The Death of the Dot-Com

Digital marketing used to all be about getting people to your destination and convincing them to stick around. In the mobile app era, that’s a losing proposition.

Thanks to mobile, people hold the Internet in their hands. Constraints in screen size and connectivity make the simple goal of luring users to your site a moot point. The pipelines still exist, but the traffic flow has reversed; it’s about getting your relevant content to users at their destination. In a multi-screen world, mobile phones, tablets, kiosks, TVs and, yes, PCs are just windows into the Internet. These screens are our third eyes. They augment our experience of the world. They’re like our own personal concierges.

Along with dot-coms, traditional written language is also becoming a thing of the past. Just look at the new shortened lexicon that has been borne from texting (and, yes, I weep for the future of the written language too). Voice search is a step in the right direction, but users don’t want to have to tell their phones — via voice or text — what they’re looking for. The device should be context-sensitive. Point your phone at the Eiffel Tower, and it should tell you about the landmark. Take your phone out in the city around 6 p.m., and you probably want to know about a place for dinner. Google’s Layar experiment and certain augmented-reality apps (like Yelp’s Monocle) have done these successfully, but it’s going to take years before smartphones live up to being truly “smart.”

As mobile phones play bigger roles in consumers’ lives, remember that an app is just another version of a destination site. Proceed wisely if you’re creating one. According to Deloitte, 80 percent of branded mobile apps have been downloaded fewer than 1,000 times. Aside from the burden of jockeying for placement on tiny phone desktops, app development gets you into a continuing maintenance cycle.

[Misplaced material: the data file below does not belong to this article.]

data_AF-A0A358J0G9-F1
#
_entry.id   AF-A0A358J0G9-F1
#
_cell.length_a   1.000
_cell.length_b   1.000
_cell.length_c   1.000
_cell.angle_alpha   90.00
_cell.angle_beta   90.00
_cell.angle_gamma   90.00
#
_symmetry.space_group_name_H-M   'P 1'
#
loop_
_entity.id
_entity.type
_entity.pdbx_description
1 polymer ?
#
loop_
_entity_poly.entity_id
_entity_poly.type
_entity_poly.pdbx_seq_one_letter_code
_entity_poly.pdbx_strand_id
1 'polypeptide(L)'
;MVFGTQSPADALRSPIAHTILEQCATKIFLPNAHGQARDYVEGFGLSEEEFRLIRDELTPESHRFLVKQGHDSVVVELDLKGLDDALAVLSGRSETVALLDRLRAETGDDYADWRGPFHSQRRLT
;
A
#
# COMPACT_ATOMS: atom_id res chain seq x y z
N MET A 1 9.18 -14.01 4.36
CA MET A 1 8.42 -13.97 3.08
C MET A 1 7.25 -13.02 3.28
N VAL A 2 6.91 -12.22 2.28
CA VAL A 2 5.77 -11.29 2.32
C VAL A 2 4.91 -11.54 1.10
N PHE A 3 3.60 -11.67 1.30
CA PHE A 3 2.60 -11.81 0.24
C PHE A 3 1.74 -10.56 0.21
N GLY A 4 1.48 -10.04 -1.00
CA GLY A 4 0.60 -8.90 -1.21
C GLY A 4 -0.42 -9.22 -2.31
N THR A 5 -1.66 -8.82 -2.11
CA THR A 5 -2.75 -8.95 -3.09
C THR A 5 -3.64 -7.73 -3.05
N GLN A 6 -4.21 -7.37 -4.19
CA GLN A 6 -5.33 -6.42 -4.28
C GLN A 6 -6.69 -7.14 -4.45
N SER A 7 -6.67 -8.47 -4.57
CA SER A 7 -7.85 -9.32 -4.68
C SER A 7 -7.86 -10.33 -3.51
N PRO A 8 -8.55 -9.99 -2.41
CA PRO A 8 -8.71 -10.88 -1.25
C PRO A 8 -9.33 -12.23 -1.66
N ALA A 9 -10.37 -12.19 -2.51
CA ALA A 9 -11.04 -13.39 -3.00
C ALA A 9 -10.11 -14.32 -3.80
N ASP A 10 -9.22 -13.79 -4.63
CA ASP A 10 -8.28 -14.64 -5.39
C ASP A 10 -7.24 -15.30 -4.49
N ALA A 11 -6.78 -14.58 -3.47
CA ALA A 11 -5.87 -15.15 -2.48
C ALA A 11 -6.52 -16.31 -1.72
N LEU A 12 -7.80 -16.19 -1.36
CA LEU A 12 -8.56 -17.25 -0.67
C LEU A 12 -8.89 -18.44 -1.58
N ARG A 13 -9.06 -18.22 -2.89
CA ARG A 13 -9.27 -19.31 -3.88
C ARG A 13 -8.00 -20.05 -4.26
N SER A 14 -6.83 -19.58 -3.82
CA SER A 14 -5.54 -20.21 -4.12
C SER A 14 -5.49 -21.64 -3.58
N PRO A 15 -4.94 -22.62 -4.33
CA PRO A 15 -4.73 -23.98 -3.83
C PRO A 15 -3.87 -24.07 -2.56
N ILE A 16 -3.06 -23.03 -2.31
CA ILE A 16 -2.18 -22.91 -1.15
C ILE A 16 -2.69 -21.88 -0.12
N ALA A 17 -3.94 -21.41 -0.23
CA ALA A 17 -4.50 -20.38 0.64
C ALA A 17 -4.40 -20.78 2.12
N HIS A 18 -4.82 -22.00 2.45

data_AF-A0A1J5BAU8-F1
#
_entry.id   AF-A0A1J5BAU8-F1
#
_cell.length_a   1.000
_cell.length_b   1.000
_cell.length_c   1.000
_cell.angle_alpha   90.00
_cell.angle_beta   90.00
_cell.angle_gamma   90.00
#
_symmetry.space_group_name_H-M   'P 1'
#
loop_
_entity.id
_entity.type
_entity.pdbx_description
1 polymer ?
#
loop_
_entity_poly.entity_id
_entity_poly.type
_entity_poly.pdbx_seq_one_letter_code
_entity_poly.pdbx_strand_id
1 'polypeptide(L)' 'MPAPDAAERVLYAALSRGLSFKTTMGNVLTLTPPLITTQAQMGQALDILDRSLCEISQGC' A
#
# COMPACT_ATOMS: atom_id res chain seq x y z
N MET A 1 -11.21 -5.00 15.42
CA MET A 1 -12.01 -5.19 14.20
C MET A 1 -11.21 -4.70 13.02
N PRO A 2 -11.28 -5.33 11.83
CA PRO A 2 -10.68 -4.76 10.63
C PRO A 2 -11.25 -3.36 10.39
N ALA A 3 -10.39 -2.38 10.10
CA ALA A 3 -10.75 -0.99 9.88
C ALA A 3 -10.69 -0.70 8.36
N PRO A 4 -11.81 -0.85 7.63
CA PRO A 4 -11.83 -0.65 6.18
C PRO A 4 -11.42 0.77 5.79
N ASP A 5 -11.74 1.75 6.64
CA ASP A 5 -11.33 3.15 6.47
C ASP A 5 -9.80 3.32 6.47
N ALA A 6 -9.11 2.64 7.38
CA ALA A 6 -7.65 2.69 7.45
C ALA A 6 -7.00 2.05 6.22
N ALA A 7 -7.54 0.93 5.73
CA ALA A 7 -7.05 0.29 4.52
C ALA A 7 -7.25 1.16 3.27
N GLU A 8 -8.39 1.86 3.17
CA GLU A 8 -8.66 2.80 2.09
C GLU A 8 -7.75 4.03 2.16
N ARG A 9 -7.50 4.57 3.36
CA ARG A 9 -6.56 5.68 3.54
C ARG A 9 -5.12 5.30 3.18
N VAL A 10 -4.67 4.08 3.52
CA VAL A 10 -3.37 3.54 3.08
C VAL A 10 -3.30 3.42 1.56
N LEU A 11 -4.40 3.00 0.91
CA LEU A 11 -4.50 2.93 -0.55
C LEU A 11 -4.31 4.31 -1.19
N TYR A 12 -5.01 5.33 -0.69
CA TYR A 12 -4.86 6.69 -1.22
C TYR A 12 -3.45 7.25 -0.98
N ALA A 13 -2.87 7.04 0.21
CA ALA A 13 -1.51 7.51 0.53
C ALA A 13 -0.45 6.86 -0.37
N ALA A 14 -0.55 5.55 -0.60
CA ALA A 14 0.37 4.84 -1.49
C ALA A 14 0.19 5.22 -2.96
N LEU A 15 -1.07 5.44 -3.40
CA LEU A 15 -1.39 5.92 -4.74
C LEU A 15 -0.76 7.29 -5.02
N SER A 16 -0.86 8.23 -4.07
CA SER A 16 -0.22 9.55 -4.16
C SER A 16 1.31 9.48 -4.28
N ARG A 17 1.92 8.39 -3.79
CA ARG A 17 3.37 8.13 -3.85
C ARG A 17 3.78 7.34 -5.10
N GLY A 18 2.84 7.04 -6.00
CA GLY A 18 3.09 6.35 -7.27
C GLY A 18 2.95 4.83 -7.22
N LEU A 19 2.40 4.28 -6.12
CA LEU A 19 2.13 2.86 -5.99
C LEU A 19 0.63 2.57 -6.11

If you’re going to create an app, there better be a good reason to do so. Apps are a throwback to the client-server days. If the sole purpose for your app is to deliver content, think twice. Content can be quickly made available via mobile sites, which are much more easily maintained. And as connectivity and device power become more ubiquitous, there will be less need for apps. If you feel you have unique functionality, you should still consider pulling the content into the app from a mobile site. This concept of hybrid apps is being used more often and requires fewer app updates. Plus, it allows you to create your content once and have it displayed across a variety of platforms in the mobile and social space (that’s how Facebook does it, and no one updates content more than they do).

The amount and type of content that needs to exist on corporate websites will become far more limited as content is spread to relevant places across mobile and social platforms via the cloud. In the last year, we’ve seen the rise of branded experiences across social platforms. Some might even say that Facebook brand pages are the new dot-com, with applications and tabs the new microsites. It’s not just Facebook, either. Branded content has moved to YouTube, customer service has moved to Twitter, and now Google Plus has entered the ring. All of these players compete for consumers’ attention as they watch the latest viral video, tweet about their terrible commute or catch up on what their friends are doing.

The audience is on the move, and brands must follow – or be there first. The need for clever content creation is as mandatory as partnering with digitally savvy media partners. As our devices become more enabled, the physical wallet will become a lot smaller. Our phone numbers used to represent the number to our homes. Now our phone numbers are the numbers to ourselves. In this post-PC age of mobility, the new destination is you. Welcome.

Joe Lozito is svp of technology at Digitas. Follow him on Twitter at @joelozito.

More in Media

AI Briefing: Senators propose new regulations for privacy, transparency and copyright protections

A new bill called the COPIED Act aims to pass new transparency standards to protect IP and guard against AI-generated misinformation.

Media Briefing: Publishers reflect on ad revenue midway through 2024 

Some publishers say ad revenue is pacing 15% up year over year while others are still managing their expectations for how 2024 will shake out.

Teads is exploring sale options as M&A in ad tech heats up

Sources state the Altice-owned stalwart of outstream video has recently held talks with private equity and strategic players.